Over at the Vintage Computer Forums I asked about the differences between CGA card versions.
The main change that occurred during the CGA's lifetime seems to be to do with composite output. In particular, the old CGA (part numbers 1804472 and 1501486) had the following formula for the composite output voltage: COMPOSITE = 0.72*CHROMA + 0.28*I. The new CGA (part numbers 1504910 and 1501981) has the formula COMPOSITE = 0.29*CHROMA + 0.1*R + 0.22*G + 0.07*B + 0.32*I. The consequences of this are more obvious on a monochrome monitor, since there CHROMA only makes 3 different shades of grey (0 for colours 0 and 8, 1 for colours 7 and 15 and 0.5 for all the others). So an old CGA will only yield 6 different shades of grey on a monochrome monitor, while on a new CGA the 16 different colours will yield 16 (theoretically) different shades of grey (though some of them may be very similar).
On a colour monitor, a new CGA will give a lower saturation then an old CGA, but the brightnesses of the different colours will seem more appropriate. On an old CGA, blue seems lighter than it should be while yellow seems darker - new CGA fixes that.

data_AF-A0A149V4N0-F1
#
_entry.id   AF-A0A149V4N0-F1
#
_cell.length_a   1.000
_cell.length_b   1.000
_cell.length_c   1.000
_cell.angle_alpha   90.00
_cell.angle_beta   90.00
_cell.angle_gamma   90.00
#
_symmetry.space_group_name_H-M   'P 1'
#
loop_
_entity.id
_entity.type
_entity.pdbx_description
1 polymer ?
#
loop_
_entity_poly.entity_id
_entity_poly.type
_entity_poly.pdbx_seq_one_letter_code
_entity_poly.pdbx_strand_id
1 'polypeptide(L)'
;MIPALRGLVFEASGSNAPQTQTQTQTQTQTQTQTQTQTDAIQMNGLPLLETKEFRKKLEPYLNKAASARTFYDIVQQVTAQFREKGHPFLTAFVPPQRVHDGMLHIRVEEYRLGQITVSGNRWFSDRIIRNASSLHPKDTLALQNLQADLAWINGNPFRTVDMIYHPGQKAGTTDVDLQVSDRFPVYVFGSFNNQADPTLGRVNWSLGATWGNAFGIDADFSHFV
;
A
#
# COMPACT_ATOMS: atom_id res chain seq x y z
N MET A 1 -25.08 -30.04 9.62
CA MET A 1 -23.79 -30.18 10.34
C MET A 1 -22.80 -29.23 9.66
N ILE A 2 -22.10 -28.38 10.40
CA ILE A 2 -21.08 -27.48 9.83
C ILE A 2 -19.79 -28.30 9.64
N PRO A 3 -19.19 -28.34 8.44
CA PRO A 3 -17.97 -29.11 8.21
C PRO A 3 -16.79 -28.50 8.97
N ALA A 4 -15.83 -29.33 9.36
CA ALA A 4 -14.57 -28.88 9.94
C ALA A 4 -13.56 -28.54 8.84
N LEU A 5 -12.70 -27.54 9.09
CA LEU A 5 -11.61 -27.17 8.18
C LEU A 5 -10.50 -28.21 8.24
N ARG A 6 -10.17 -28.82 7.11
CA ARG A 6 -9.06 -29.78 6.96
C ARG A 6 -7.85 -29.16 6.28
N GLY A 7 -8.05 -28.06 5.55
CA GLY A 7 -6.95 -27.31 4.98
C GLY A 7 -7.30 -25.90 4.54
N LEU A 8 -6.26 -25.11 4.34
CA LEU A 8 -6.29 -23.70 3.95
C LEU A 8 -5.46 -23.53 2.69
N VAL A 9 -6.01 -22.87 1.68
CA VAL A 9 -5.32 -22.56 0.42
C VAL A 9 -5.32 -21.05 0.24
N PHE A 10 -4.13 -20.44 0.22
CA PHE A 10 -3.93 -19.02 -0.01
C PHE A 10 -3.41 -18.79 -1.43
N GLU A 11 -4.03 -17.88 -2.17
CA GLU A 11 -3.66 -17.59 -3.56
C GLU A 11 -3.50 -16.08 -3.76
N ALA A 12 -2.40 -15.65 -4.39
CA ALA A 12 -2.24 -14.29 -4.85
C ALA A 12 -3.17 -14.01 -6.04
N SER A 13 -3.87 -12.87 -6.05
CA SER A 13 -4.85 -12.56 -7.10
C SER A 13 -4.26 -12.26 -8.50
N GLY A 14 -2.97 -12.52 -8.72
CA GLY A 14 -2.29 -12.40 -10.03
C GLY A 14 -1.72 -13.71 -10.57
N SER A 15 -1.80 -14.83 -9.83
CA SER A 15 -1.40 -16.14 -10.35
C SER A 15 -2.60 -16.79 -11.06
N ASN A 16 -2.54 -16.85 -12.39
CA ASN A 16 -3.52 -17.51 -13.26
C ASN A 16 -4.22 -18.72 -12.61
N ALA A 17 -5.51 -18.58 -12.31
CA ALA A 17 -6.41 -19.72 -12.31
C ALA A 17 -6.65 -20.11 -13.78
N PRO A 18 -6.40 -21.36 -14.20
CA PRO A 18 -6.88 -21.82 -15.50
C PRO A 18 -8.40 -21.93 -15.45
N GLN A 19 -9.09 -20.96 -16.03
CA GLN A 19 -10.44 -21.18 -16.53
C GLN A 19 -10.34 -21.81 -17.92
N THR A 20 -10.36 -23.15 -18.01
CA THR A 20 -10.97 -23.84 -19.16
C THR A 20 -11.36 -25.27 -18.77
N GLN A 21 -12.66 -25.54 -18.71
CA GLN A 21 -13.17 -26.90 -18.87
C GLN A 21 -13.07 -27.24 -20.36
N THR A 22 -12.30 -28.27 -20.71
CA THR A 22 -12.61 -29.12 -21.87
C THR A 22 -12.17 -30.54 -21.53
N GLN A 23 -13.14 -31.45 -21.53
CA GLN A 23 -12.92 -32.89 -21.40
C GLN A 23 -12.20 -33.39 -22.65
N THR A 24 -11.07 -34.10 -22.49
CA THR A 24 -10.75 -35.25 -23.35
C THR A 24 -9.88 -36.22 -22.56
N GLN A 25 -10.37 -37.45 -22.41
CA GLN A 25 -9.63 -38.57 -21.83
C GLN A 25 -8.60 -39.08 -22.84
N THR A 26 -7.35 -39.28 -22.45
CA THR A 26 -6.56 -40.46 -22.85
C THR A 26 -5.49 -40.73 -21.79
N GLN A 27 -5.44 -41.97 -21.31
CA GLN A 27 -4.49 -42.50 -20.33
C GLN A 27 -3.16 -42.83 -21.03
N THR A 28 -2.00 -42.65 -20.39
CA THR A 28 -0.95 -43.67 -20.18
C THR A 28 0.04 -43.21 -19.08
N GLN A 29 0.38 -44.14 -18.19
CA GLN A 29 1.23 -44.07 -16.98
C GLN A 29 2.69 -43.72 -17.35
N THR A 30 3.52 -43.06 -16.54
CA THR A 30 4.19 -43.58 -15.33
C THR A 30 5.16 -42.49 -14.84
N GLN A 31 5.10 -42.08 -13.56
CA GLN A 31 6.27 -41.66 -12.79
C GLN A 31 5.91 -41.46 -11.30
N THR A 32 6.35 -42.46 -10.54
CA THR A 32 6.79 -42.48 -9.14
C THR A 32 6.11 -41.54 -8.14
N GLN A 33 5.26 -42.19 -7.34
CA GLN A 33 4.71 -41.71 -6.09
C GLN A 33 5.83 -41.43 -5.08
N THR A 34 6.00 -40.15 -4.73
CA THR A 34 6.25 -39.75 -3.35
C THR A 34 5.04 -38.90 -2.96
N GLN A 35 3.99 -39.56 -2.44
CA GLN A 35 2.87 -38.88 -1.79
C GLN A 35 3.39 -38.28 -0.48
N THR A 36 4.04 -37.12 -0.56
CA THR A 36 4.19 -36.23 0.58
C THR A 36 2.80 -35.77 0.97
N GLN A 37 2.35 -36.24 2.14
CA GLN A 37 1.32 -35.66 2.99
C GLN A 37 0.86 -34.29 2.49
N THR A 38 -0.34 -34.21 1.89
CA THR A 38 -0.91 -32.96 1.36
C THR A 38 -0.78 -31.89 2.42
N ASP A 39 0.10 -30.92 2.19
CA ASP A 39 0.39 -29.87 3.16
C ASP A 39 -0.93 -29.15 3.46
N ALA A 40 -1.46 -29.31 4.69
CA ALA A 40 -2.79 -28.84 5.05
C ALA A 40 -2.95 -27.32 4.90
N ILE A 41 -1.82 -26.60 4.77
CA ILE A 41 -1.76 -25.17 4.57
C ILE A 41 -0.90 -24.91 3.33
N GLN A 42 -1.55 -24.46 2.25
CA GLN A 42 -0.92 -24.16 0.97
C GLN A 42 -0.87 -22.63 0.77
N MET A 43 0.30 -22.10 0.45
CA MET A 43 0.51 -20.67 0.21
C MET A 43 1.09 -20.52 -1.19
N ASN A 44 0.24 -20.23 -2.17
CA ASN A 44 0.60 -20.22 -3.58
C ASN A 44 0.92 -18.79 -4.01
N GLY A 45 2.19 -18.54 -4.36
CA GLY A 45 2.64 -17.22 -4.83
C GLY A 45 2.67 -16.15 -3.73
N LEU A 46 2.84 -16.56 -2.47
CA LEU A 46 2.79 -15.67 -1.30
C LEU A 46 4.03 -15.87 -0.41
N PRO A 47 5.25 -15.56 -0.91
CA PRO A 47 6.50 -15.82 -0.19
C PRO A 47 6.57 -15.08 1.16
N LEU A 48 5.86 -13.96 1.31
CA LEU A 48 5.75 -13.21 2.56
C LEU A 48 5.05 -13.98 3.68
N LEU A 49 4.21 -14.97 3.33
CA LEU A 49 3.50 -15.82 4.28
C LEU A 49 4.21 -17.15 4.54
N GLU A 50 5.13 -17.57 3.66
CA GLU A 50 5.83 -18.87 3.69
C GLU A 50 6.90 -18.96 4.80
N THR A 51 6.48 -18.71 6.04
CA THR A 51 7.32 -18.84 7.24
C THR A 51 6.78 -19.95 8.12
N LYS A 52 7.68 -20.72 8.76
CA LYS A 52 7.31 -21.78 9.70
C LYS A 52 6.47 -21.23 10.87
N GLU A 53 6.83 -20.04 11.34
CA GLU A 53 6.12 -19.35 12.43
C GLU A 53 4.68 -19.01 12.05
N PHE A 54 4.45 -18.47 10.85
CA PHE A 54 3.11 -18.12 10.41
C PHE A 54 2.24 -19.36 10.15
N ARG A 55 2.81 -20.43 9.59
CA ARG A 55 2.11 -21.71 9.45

The other thing about new CGA is that its composite output is a better match to standard NTSC than old CGA's, which means that the results will be more consistent between different monitors. The old CGA's color burst has both too high of an amplitude and too high of a DC offset, which causes many NTSC output devices to reduce the gain, making the resulting image too dark (I have to turn the brightness and contrast right up to get a decent image from my 1501486 card on the TV I connect it to).
That's the theory - to check how well it works in practice, I'd like to do some side-by-side comparisons. Rather than trying to buy a new CGA card (which is likely to be expensive, might be unsuccessful and probably wouldn't work too well side-by-side with another CGA card in the same machine anyway), I want to make an add-on card for my old CGA card which adds a second composite output, with new-style colours. The differences between the two cards are localized to a small part of the circuit, so there isn't too much to duplicate.